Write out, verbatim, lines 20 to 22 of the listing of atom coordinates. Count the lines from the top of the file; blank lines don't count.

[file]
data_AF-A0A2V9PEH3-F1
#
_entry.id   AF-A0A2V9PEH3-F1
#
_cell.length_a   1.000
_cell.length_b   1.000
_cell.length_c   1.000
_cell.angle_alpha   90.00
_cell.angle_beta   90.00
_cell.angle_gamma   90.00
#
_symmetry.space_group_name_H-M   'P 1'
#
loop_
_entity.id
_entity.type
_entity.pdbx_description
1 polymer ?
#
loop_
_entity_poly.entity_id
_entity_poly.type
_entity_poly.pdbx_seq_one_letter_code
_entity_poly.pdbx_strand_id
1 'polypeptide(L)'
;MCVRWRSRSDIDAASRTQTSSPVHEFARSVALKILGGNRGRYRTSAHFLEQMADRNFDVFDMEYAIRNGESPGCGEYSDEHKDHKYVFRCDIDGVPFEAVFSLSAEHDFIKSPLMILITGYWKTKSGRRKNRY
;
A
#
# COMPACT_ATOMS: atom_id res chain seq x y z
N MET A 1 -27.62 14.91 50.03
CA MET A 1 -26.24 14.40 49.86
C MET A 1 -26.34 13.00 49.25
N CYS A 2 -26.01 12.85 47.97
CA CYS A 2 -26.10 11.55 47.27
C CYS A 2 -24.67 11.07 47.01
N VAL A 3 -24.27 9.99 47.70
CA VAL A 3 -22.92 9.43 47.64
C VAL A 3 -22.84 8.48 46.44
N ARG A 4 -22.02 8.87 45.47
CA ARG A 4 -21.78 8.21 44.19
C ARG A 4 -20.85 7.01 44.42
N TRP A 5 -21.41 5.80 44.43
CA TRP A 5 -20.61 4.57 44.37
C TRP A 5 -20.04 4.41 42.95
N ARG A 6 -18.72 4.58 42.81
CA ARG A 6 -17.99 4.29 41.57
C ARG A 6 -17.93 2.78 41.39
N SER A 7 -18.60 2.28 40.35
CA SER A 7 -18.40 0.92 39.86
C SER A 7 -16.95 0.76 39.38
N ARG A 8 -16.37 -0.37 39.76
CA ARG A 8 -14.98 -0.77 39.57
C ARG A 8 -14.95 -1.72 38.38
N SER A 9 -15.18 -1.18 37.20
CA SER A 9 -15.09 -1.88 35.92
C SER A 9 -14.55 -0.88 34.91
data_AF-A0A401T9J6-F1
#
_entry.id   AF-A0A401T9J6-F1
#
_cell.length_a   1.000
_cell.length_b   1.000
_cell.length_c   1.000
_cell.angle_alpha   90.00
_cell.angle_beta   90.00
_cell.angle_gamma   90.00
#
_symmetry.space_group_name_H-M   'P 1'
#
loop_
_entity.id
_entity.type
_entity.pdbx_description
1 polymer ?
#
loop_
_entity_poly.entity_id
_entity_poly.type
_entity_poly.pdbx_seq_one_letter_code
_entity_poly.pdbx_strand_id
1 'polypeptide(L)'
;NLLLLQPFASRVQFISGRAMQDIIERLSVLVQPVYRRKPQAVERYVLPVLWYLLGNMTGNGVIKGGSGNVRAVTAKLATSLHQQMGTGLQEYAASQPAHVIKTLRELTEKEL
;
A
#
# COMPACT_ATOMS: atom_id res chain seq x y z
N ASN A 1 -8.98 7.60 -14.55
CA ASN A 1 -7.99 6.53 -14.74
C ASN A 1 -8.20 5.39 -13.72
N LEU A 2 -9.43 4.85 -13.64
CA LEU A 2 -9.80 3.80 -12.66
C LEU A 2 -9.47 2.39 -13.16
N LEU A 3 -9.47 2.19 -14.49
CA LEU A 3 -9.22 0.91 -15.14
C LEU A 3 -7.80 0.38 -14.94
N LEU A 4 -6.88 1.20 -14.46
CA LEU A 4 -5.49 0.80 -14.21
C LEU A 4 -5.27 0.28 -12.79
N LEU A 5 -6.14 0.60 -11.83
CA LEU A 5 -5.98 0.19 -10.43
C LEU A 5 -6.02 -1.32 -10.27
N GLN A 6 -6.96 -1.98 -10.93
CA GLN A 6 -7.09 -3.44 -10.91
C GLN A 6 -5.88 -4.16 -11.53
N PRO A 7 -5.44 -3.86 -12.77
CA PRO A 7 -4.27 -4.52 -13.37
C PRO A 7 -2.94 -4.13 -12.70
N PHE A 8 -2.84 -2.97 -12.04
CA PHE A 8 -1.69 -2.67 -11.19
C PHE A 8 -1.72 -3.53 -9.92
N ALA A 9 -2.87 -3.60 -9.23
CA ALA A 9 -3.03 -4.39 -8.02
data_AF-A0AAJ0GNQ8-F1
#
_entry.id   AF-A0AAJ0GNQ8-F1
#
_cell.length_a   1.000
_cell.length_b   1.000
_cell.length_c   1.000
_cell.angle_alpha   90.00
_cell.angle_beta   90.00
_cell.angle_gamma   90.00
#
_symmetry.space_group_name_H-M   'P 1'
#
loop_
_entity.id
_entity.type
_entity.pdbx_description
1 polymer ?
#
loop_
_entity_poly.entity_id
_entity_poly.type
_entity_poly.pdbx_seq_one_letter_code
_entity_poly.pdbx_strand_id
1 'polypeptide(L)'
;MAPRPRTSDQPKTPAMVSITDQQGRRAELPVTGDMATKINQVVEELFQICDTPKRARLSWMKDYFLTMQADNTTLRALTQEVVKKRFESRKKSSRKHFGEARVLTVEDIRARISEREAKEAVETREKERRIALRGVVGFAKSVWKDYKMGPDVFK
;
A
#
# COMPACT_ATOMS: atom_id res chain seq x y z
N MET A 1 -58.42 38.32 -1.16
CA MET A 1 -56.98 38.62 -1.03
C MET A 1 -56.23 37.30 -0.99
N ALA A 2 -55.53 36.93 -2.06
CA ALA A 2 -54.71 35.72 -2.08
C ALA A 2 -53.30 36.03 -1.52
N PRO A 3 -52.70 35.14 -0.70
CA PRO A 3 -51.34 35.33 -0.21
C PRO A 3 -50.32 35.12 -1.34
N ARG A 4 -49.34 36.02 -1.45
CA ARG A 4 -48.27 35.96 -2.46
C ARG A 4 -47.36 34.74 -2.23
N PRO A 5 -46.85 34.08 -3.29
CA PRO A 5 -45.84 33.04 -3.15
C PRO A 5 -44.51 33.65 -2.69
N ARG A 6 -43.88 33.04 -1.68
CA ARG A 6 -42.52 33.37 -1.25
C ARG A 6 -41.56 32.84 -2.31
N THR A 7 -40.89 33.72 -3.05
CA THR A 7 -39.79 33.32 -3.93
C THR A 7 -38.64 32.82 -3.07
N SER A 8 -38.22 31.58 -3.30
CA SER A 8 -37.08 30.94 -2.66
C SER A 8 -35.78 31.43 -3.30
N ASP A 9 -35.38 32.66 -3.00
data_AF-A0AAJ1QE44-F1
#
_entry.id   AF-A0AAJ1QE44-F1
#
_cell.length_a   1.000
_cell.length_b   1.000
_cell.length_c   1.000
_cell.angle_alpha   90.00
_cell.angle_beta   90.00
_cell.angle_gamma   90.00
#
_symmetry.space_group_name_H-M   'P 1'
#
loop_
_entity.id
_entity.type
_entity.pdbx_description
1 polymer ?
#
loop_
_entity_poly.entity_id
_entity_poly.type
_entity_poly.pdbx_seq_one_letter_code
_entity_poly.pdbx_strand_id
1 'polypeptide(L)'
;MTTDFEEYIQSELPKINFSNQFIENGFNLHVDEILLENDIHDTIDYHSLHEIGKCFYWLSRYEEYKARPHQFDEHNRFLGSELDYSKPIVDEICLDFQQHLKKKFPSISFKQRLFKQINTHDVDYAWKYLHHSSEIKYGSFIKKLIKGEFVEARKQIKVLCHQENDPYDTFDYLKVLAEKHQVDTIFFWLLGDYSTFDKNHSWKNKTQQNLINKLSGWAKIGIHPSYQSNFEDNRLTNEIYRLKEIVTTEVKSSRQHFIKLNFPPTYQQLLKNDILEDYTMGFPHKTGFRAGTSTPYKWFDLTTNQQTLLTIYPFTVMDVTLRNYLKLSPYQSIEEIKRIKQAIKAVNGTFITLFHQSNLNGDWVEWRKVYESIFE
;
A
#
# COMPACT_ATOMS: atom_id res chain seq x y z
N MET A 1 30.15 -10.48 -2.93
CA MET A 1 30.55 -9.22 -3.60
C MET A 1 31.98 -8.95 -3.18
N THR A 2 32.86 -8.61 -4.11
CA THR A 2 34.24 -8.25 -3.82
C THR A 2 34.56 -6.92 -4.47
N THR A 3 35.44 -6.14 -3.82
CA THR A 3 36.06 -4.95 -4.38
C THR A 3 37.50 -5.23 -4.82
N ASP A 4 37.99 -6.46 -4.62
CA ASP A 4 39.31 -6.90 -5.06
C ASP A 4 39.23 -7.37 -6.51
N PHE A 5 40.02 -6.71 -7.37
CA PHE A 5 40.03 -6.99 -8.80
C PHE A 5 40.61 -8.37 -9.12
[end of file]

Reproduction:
loop_
_entity_poly.entity_id
_entity_poly.type